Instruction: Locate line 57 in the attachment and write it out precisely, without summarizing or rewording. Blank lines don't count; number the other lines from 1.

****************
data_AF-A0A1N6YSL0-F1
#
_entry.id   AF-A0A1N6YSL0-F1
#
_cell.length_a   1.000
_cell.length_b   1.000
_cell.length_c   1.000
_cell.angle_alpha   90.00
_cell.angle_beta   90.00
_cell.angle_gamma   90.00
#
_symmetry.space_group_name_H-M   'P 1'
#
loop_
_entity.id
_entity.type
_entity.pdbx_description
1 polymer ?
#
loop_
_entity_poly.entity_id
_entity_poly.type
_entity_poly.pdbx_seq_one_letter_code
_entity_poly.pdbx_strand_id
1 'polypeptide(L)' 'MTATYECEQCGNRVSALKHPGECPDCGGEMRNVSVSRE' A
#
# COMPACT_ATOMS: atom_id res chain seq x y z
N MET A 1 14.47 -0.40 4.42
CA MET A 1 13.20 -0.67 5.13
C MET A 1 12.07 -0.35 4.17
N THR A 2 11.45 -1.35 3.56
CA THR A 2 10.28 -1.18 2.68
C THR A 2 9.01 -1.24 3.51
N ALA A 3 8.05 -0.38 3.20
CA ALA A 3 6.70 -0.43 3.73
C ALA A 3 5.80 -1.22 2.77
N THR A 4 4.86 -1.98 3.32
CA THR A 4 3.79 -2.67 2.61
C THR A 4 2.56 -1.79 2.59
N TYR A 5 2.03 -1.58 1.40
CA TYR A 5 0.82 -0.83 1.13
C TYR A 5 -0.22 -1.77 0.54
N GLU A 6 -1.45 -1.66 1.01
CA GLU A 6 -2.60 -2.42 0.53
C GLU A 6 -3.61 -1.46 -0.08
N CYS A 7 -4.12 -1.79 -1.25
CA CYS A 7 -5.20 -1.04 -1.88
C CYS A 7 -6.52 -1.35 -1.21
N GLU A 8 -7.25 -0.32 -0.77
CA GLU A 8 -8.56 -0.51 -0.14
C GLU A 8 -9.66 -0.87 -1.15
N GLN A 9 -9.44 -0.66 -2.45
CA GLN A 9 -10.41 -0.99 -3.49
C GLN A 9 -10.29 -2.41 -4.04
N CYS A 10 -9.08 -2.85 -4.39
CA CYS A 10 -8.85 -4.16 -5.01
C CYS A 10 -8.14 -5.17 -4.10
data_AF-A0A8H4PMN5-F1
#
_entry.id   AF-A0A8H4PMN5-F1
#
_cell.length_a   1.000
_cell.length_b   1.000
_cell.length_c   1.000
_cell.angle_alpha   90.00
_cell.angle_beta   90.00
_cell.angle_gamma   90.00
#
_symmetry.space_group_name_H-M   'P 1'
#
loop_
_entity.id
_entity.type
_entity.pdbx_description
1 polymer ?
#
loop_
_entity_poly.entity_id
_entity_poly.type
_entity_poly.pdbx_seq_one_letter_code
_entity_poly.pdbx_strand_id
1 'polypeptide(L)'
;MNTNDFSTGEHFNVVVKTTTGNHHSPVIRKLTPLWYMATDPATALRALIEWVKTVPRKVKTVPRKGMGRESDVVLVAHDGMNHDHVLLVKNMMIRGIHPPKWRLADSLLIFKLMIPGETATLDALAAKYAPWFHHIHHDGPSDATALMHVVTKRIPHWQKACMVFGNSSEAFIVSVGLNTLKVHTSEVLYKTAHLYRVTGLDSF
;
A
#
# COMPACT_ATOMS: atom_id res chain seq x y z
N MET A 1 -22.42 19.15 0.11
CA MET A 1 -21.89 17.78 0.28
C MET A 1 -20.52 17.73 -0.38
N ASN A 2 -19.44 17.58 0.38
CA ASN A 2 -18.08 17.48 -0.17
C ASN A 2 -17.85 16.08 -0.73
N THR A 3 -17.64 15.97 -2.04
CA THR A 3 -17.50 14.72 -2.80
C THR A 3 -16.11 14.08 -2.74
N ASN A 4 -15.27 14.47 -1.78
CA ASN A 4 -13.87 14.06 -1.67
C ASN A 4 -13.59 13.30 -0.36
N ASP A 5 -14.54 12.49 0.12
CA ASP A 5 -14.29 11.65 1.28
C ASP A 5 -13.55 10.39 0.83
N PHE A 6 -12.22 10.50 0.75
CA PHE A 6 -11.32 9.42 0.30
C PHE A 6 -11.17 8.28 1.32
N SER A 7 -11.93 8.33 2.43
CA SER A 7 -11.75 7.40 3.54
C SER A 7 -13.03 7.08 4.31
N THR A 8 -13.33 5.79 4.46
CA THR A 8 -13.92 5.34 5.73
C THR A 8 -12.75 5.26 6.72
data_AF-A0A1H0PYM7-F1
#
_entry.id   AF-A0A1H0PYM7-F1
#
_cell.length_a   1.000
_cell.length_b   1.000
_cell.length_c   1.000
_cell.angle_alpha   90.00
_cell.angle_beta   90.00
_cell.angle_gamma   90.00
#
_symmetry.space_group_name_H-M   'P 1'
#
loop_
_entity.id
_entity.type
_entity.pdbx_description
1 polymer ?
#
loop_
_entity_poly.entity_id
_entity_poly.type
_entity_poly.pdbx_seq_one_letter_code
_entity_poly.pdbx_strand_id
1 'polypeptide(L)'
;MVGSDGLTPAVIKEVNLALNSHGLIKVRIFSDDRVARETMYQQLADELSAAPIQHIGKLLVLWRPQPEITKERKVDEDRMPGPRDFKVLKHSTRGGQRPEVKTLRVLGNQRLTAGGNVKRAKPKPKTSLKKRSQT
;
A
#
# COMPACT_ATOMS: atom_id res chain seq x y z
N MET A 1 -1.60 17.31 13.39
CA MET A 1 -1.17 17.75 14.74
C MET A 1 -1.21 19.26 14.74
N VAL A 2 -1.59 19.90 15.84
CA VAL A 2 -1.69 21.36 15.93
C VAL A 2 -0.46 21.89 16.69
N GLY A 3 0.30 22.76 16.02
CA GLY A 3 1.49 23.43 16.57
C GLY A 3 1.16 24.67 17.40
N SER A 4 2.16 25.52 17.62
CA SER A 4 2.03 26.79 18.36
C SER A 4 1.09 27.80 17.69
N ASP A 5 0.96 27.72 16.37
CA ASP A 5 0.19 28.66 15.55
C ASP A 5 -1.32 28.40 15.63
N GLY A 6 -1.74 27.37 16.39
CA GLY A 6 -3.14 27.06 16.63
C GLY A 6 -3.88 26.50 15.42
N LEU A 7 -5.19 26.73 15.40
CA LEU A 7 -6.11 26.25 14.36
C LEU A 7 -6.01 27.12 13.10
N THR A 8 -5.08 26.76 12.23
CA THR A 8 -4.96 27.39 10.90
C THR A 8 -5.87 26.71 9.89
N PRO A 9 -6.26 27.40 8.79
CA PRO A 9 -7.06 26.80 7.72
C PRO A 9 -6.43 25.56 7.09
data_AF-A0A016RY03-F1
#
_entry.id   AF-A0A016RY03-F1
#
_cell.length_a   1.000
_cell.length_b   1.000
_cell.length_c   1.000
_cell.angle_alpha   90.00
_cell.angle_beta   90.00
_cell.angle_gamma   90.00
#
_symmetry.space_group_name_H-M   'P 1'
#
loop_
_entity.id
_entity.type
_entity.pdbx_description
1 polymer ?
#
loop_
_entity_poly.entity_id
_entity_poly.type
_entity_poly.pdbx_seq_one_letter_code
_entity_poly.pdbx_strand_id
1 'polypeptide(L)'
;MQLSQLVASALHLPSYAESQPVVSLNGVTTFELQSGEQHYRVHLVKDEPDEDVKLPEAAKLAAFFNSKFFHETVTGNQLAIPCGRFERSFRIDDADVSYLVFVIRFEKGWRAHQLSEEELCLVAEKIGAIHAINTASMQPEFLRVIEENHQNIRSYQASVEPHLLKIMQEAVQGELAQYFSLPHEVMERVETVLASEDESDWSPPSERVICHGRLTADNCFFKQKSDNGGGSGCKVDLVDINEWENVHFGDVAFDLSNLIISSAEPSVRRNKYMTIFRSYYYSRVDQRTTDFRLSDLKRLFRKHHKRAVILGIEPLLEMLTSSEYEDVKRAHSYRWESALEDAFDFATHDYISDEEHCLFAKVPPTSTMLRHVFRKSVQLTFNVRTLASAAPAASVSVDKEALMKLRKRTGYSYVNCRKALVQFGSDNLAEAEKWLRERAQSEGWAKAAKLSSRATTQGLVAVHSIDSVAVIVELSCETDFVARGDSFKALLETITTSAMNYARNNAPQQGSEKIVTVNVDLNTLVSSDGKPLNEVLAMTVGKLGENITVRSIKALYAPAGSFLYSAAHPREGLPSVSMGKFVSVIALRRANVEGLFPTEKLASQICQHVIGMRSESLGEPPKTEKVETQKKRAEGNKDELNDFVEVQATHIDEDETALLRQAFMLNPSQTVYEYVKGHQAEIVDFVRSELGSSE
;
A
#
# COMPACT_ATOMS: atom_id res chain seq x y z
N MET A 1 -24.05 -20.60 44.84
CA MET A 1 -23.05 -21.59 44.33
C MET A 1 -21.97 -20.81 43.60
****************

C CYS A 10 -8.14 -5.17 -4.10